Why the future of EU-Turkey migration policy is bleak


While Turkey and the EU have cooperated on the issue of migration within the framework of a bilateral agreement of March 18, 2016, the future of their collective policy is called into question with the possible flood of migrants from Afghanistan .

Turkey, a bridge between the Middle East and Europe, is the preferred transit route for migrants and refugees from the Middle East. Its unique geopolitical position makes the country a crucial part of the flow of migrants and refugees from the turbulent region.

The Middle East is home to one of the worst conflicts of the decade in Syria, and not far from the region is Afghanistan, another conflict zone. While Syria is the number one country, Afghanistan is the third country of origin for refugees in the world according to UNHCR data, and the flow of migrants and refugees to the region is not expected to decline anytime soon.

With the Taliban seizing power in Afghanistan, the world anxiously awaits the Afghans to attempt to leave the country once the Taliban loosens their grip on the country’s borders. It is feared that the exodus could degenerate into a new migratory crisis.

Turkey’s geopolitical and strategic importance in this area makes the country a key aspect of EU migration policy, although it is not an EU member country. Turkey, a candidate country for the EU since 1999, maintains close cooperation with the EU to control the flow of migrants and refugees from the East.

With the Turkey-EU Agreement of March 18, 2016, also known as the EU-Turkey Declaration, Turkey bore a substantial part of the influx of refugees that crippled Europe during the European refugee crisis.

In accordance with the obligations of the agreement, Turkey was hosting more than four million Syrian refugees, many of whom were on their way to Europe while the rest chose Turkey as their destination country.

How the EU violates migration policy

According to the agreement, the EU was to return the favor by expanding aid to refugees in Turkey and supporting Turkey in its efforts to strengthen the country’s capacity to tackle the refugee crisis, mainly through funding and strengthening institutional capacity. The agreement has helped reduce irregular immigration and improve the quality of aid to migrants.

The EU had also promised Turkey to update the Customs Union, lift the visa requirement for Turkish citizens traveling to the Schengen area and facilitate Turkey’s accession process under of the agreement.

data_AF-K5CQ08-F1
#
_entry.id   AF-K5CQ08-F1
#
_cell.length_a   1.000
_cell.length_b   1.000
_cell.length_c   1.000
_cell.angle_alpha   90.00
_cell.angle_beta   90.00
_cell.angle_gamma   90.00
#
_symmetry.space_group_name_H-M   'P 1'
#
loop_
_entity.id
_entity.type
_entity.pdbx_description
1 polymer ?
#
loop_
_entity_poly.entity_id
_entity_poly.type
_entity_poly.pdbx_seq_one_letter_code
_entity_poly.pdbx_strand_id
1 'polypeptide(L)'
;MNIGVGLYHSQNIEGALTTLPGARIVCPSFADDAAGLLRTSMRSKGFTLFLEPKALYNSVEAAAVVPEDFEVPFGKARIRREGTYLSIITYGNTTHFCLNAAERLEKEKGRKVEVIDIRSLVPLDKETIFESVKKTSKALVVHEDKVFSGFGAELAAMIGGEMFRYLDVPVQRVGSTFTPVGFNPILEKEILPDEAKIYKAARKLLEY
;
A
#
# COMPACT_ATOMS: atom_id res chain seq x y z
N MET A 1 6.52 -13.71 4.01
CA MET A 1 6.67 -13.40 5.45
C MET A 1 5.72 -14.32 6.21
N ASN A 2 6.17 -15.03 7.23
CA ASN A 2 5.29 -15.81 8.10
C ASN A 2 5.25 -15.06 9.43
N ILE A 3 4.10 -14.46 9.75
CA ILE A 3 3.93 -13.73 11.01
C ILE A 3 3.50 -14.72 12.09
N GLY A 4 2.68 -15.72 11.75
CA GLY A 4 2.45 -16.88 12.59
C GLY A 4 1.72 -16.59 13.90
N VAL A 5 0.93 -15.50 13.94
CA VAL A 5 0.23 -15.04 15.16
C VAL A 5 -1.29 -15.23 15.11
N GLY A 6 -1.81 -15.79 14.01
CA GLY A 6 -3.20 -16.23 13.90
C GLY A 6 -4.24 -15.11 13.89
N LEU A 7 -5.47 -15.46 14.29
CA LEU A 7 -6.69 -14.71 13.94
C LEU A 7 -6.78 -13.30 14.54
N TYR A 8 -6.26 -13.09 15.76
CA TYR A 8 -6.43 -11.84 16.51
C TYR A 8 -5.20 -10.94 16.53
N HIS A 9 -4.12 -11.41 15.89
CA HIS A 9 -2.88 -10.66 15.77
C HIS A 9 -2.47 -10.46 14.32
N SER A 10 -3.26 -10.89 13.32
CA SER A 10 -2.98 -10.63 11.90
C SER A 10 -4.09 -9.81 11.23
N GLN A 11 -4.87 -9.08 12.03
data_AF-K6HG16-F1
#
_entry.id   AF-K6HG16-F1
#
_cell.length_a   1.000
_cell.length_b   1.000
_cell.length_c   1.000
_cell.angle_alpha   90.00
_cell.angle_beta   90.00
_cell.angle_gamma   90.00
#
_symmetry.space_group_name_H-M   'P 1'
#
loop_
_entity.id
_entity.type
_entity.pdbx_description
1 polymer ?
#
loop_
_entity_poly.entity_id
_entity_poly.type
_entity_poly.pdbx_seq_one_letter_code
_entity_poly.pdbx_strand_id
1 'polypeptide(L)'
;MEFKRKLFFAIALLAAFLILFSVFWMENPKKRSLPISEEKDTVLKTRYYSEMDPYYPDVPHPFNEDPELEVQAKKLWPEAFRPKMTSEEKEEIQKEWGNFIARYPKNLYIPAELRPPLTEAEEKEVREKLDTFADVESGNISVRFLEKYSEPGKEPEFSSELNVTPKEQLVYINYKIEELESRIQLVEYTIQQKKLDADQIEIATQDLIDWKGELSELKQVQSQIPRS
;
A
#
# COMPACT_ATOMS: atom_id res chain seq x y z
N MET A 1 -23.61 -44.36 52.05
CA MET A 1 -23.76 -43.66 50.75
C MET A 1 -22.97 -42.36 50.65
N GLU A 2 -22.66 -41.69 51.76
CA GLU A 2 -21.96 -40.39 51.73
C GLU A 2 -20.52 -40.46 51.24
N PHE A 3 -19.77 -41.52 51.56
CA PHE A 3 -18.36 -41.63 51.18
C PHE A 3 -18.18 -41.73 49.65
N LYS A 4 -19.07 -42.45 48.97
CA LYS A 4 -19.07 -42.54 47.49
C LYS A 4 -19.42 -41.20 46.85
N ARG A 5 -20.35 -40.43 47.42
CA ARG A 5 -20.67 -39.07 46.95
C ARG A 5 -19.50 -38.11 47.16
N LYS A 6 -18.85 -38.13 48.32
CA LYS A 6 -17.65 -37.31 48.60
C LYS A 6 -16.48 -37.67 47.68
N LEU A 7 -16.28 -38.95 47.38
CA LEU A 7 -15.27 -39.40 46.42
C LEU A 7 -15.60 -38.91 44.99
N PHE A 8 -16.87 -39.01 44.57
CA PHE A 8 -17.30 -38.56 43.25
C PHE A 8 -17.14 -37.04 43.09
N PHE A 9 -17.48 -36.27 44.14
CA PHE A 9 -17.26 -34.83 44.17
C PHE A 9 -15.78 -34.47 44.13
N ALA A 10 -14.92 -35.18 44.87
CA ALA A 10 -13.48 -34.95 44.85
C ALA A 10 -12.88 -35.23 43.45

The agreement also described a 1: 1 resettlement program, meaning that one Syrian refugee from Greece would resettle in Turkey for every refugee resettled in the EU. According to the Directorate General of Migration Management of Turkey, until September 16, 2021, 30,184 Syrian refugees have been resettled in the EU, compared to more than 4 million refugees in Turkey.

The EU has long been criticized for failing to live up to its part of the deal and for using Turkey as a buffer against refugees. Turkish citizens still do not benefit from promises such as the visa release, which was originally due to take place in July 2016.

Currently, the anticipation of an influx of Afghan refugees looms on the international scene. With the Turkey-EU deal still in place, the EU’s expectations of Turkey persist.

In an interview on September 7, Turkish Foreign Minister Mevlut Cavusoglu expressed that Turkey could no longer support an influx of migrants and that the Turkey-EU agreement of March 18, 2016 had to be revised. On September 15, President Erdogan also raised this issue in a conversation with his German counterpart Frank-Walter Steinmeier.

Turkish parliament speaker Mustafa Sentop, in a recent statement, reiterated this concern and criticized the EU for failing to deal with “sufficient numbers of migrants” and for holding back on its financial obligations.

Home to more refugees than any other country, Turkey reached a tipping point in its migration policy months ago. In April, President Erdogan discussed the need for a review of the agreement with Ursula von der Leyen, the president of the European Commission, and Charles Michel, the EU’s foreign policy chief.

Now it is the EU’s turn to act. However, according to Cavusoglu, the EU has used “delaying tactics” and has yet to react.

As the future of the EU-Turkey deal becomes increasingly uncertain, one thing is certain. If the EU is to keep the influx of refugees under control, it is necessary to recognize Turkey’s current position on migration and take appropriate action.

Source: TRTWorld and agencies

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